Figure 3 shows the Fukui function for nucleophilic attack f + ( r ) , and the regions in purple color are positive values and show the most favorable sites for the attack of a soft nucleophile. For series I, the carbonyl and phenyl carbon atoms are prone to nucleophilic attack. For series II, these regions are the carbonyl group and carbon atoms from vinyl and phenyl ring.
The local Fukui function is localized within the carbonyl, pyrrole and phenyl moieties. In order to understand which molecular fragments are responsible for antifungal activity, the softness and electrophilicity were calculated for different fragments of compounds 6, 7ag and 8ag. Table 6 shows the ID of the analyzed fragment, microorganisms, experimental time of testing, fragment chemical reactivity parameter, statistical correlation coefficient (r) for MIC and softness and electrophilicity fragments, and the atoms (marked in orange) considered in the fragment for series I and II. The basic fragment ID a (g and i) is related with the oxygen atom, fragment ID b (f and h) includes the carbon atom to gets the carbonyl group, fragment ID c includes carbon and nitrogen atoms from pyrrole ring and ipso- and ortho-carbon atoms of the phenyl ring, fragment ID d includes meta and para-carbon atoms of the phenyl ring, and so on. For Aspergillus niger in series I, high correlation values were obtained for sk [fragment a = g (oxygen atom, r = 0.90, 48 h) and fragment b = f (carbonyl group, r = 0.93, 48 h)] and sk+ [fragment c (r = 0.98, 72 h) and fragment d (r = 0.95, 48 h)]. As we can observe for Aspergillus niger, the addition of the pyrrole and phenyl fragments to the carbonyl group increases the correlation coefficient for series I (the time of testing more representative for this species was 72 h). For A. fumigatus, linear regressions for sk+ (or sk0) includes the carbonyl group r = 0.83 (or r = 0.82) and the oxygen atom r = 0.81 (or r = 0.80). The more significant time of testing was 48 h.
For series II, C. albicans has the higher correlation values for ωk; the addition of carbon atom to oxygen atom to obtain the carbonyl group keeps the correlation for ωk (see fragments m, r = 0.92 and n, r = 0.92). Fragments that include the nitrogen atom of the pyrrole ring do not increase the correlation value when increasing the number of carbon atoms of the phenyl ring (j, k and l, r = 0.75). The addition of the pyrrole ring, ipso carbon atom, and the meta-C atom from the phenyl ring, improves the correlation (q, r = 0.86). For other species, linear regressions with higher r were found when oxygen was included in ωk0: C. krusei 48 h (r = 0.78), C. tropicalis 24 h (r = 0.78), C. guilliermondii 48 h (r = 0.76), and C. parapsilosis 24 h (r = 0.78).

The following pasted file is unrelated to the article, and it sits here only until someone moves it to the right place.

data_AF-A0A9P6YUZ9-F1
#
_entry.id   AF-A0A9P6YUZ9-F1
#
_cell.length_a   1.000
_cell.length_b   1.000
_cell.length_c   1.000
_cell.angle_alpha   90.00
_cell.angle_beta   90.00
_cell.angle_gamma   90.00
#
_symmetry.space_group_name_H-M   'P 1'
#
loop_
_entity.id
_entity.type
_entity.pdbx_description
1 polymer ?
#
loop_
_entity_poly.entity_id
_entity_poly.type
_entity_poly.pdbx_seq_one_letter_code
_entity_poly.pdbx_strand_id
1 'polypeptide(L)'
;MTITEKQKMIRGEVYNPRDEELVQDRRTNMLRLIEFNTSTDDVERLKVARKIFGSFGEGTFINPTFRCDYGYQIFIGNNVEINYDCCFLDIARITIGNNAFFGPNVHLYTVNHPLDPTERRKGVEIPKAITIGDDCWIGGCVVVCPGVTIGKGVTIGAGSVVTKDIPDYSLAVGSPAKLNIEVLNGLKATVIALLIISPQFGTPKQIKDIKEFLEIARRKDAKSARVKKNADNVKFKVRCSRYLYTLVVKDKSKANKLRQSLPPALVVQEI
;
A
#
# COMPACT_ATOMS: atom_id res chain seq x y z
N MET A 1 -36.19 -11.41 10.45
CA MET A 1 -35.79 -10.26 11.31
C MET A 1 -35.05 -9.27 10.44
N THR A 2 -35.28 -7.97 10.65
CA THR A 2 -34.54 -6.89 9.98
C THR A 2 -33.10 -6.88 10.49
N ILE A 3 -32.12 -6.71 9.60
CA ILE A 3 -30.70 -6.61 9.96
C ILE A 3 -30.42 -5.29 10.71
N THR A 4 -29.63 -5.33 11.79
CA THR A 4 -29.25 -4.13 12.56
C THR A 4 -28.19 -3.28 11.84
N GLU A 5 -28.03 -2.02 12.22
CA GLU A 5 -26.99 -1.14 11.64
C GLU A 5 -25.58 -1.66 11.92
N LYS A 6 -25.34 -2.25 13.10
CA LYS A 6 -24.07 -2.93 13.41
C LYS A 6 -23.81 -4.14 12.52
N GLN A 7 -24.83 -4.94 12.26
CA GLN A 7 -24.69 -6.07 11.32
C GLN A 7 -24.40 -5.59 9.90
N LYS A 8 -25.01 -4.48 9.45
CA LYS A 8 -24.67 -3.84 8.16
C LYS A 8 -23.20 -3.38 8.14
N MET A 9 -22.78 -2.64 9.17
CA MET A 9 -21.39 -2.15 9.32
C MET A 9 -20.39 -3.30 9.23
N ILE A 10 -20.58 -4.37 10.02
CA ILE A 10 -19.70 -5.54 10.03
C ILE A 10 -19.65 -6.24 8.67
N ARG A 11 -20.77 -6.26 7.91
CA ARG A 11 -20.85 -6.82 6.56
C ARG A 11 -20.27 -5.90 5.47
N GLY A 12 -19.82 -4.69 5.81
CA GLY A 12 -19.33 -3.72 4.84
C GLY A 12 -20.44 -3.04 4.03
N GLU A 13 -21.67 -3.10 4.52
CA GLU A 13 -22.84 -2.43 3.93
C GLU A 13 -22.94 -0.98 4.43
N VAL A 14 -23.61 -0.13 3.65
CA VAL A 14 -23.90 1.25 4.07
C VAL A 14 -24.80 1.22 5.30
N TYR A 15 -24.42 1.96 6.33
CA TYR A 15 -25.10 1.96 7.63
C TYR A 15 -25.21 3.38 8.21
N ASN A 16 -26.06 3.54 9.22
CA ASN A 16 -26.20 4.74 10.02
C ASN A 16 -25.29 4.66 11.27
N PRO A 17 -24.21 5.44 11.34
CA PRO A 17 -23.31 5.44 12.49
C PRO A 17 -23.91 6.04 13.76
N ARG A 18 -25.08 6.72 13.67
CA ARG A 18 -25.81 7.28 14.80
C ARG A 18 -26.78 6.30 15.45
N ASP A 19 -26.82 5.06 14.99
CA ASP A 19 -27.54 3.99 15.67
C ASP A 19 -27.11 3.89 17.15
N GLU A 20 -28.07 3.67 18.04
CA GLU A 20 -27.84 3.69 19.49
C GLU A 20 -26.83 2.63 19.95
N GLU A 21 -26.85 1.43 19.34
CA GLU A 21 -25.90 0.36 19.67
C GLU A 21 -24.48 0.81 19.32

Additionally, the Parr functions [41,42] were calculated for electrophilic P(r) and nucleophilic P+(r) attacks. They had similar tendency than Fukui functions (See Tables S1 and S2).

4.3. MEP and Dipole Moment

Figure 4 shows the molecular electrostatic potential (MEP) for compounds 6, 7ag and 8ag. The MEP is a useful descriptor for understanding which sites in the molecules have affinity to a proton (charge controlled hard-hard interactions [43]) and the relative polarity of the molecule [44,45,46,47,48,49,50,51,52]. Regions in red color indicate higher negative charge, higher electron density, and higher affinity to a proton. Regions in blue color indicate more positive charge, a low electron density and a low affinity to a proton. For series I and II, the red region is located near the oxygen atom from carbonyl group, and the blue region is located near the nitrogen atom for both series, and the phenyl group for series I. In general, compounds in series I show a higher dipolar moment than compounds of series II as we can observe in Table 7. The dipole moment was calculated for all of the 15 indol-4-ones at the B3LYP/6-311+G (d, p) level of theory. The dipole moment follows the trend: 7b > 7e > 7a > 8b > 6 > 7d = 8a > 7g > 8f > 8c > 7c > 7f > 8e > 8g > 8d. For series I, compound 7b shows the highest value (7.26 D), and, for series II, compound 8b has the highest value (6.69 D). Both compounds present a 2-fluor substitution in the aromatic ring. This can suggest that there is a correlation between the relative polarity of the compounds 6, 7ag and 8ag and the kind of interactions that these compounds can have with the active site of the receptor to antifungal activity.

5. Conclusions

Hardness, electronegativity, and electrophilicity of indol-4-ones were the chemical reactivity parameters that had a higher correlation with antifungal activity. Hardness was the index that had higher correlation for series I, and chemical potential, electronegativity, and electrophilicity had higher correlation with antifungal activity for series II.